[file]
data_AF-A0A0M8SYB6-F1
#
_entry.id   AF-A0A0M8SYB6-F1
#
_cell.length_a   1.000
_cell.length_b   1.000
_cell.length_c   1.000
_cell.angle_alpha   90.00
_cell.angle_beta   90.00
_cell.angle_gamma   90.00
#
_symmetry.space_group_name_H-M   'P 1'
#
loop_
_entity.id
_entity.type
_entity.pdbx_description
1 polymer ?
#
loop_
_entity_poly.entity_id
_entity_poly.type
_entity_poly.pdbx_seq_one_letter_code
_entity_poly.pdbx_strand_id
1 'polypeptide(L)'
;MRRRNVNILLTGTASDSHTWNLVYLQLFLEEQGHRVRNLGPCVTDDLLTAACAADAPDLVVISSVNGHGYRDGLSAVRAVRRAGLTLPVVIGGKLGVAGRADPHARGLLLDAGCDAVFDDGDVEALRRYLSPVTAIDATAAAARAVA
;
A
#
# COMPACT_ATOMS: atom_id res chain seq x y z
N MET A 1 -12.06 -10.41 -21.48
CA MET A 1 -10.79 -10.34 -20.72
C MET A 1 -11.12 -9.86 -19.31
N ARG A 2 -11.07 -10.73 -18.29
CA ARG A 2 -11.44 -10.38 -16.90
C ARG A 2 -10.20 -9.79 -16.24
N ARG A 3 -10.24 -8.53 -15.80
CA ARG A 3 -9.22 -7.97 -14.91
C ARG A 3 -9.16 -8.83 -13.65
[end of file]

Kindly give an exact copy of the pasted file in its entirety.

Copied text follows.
data_AF-A0A0M8SYB6-F1
#
_entry.id   AF-A0A0M8SYB6-F1
#
_cell.length_a   1.000
_cell.length_b   1.000
_cell.length_c   1.000
_cell.angle_alpha   90.00
_cell.angle_beta   90.00
_cell.angle_gamma   90.00
#
_symmetry.space_group_name_H-M   'P 1'
#
loop_
_entity.id
_entity.type
_entity.pdbx_description
1 polymer ?
#
loop_
_entity_poly.entity_id
_entity_poly.type
_entity_poly.pdbx_seq_one_letter_code
_entity_poly.pdbx_strand_id
1 'polypeptide(L)'
;MRRRNVNILLTGTASDSHTWNLVYLQLFLEEQGHRVRNLGPCVTDDLLTAACAADAPDLVVISSVNGHGYRDGLSAVRAVRRAGLTLPVVIGGKLGVAGRADPHARGLLLDAGCDAVFDDGDVEALRRYLSPVTAIDATAAAARAVA
;
A
#
# COMPACT_ATOMS: atom_id res chain seq x y z
N MET A 1 -12.06 -10.41 -21.48
CA MET A 1 -10.79 -10.34 -20.72
C MET A 1 -11.12 -9.86 -19.31
N ARG A 2 -11.07 -10.73 -18.29
CA ARG A 2 -11.44 -10.38 -16.90
C ARG A 2 -10.20 -9.79 -16.24
N ARG A 3 -10.24 -8.53 -15.80
CA ARG A 3 -9.22 -7.97 -14.91
C ARG A 3 -9.16 -8.83 -13.65